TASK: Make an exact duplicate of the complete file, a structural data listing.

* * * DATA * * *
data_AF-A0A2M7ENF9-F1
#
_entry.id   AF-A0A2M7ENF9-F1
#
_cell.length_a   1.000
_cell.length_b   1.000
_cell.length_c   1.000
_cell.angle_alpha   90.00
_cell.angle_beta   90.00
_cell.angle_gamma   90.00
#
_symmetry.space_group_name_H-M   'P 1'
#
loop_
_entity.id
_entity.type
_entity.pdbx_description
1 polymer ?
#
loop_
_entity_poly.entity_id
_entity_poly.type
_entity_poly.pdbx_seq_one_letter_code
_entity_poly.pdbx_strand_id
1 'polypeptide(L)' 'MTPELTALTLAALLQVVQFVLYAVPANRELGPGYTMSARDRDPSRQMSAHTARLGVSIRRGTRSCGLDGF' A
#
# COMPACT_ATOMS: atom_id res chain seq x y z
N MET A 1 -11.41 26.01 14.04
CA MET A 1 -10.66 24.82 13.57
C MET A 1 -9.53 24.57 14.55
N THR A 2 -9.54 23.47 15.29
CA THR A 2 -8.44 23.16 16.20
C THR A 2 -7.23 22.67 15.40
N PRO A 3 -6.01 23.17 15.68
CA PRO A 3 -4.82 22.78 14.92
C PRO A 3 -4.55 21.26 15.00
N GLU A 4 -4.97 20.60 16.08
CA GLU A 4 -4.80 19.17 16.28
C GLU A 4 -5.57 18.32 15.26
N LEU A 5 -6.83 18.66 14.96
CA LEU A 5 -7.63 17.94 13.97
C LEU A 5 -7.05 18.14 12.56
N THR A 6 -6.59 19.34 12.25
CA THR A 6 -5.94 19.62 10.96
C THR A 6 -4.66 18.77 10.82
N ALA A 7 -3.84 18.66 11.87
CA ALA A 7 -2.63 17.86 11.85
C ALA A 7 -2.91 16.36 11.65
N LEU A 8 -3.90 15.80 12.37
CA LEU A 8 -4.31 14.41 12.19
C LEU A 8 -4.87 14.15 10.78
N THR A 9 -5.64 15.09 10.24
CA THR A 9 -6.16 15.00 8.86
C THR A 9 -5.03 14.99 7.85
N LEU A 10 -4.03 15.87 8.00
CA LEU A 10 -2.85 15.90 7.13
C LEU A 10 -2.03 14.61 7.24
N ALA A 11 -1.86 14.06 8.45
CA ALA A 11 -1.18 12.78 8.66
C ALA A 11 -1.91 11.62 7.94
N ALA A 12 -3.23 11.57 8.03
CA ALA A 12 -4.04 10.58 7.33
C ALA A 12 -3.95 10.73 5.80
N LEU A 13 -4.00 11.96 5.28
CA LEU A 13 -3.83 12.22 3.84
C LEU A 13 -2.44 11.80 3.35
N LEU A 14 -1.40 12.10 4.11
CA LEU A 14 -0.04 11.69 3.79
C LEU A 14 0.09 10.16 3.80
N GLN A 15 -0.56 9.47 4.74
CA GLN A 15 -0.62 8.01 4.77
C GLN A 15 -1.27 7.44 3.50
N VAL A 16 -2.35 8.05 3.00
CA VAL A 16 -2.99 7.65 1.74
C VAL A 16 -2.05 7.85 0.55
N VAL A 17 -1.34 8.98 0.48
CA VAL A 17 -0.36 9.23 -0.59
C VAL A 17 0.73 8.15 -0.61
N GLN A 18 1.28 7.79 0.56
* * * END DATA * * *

data_AF-A0A2M7ENF9-F1
#
_entry.id   AF-A0A2M7ENF9-F1
#
_cell.length_a   1.000
_cell.length_b   1.000
_cell.length_c   1.000
_cell.angle_alpha   90.00
_cell.angle_beta   90.00
_cell.angle_gamma   90.00
#
_symmetry.space_group_name_H-M   'P 1'
#
loop_
_entity.id
_entity.type
_entity.pdbx_description
1 polymer ?
#
loop_
_entity_poly.entity_id
_entity_poly.type
_entity_poly.pdbx_seq_one_letter_code
_entity_poly.pdbx_strand_id
1 'polypeptide(L)' 'MTPELTALTLAALLQVVQFVLYAVPANRELGPGYTMSARDRDPSRQMSAHTARLGVSIRRGTRSCGLDGF' A
#
# COMPACT_ATOMS: atom_id res chain seq x y z
N MET A 1 -11.41 26.01 14.04
CA MET A 1 -10.66 24.82 13.57
C MET A 1 -9.53 24.57 14.55
N THR A 2 -9.54 23.47 15.29
CA THR A 2 -8.44 23.16 16.20
C THR A 2 -7.23 22.67 15.40
N PRO A 3 -6.01 23.17 15.68
CA PRO A 3 -4.82 22.78 14.92
C PRO A 3 -4.55 21.26 15.00
N GLU A 4 -4.97 20.60 16.08
CA GLU A 4 -4.80 19.17 16.28
C GLU A 4 -5.57 18.32 15.26
N LEU A 5 -6.83 18.66 14.96
CA LEU A 5 -7.63 17.94 13.97
C LEU A 5 -7.05 18.14 12.56
N THR A 6 -6.59 19.34 12.25
CA THR A 6 -5.94 19.62 10.96
C THR A 6 -4.66 18.77 10.82
N ALA A 7 -3.84 18.66 11.87
CA ALA A 7 -2.63 17.86 11.85
C ALA A 7 -2.91 16.36 11.65
N LEU A 8 -3.90 15.80 12.37
CA LEU A 8 -4.31 14.41 12.19
C LEU A 8 -4.87 14.15 10.78
N THR A 9 -5.64 15.09 10.24
CA THR A 9 -6.16 15.00 8.86
C THR A 9 -5.03 14.99 7.85
N LEU A 10 -4.03 15.87 8.00
CA LEU A 10 -2.85 15.90 7.13
C LEU A 10 -2.03 14.61 7.24
N ALA A 11 -1.86 14.06 8.45
CA ALA A 11 -1.18 12.78 8.66
C ALA A 11 -1.91 11.62 7.94
N ALA A 12 -3.23 11.57 8.03
CA ALA A 12 -4.04 10.58 7.33
C ALA A 12 -3.95 10.73 5.80
N LEU A 13 -4.00 11.96 5.28
CA LEU A 13 -3.83 12.22 3.84
C LEU A 13 -2.44 11.80 3.35
N LEU A 14 -1.40 12.10 4.11
CA LEU A 14 -0.04 11.69 3.79
C LEU A 14 0.09 10.16 3.80
N GLN A 15 -0.56 9.47 4.74
CA GLN A 15 -0.62 8.01 4.77
C GLN A 15 -1.27 7.44 3.50
N VAL A 16 -2.35 8.05 3.00
CA VAL A 16 -2.99 7.65 1.74
C VAL A 16 -2.05 7.85 0.55
N VAL A 17 -1.34 8.98 0.48
CA VAL A 17 -0.36 9.23 -0.59
C VAL A 17 0.73 8.15 -0.61
N GLN A 18 1.28 7.79 0.56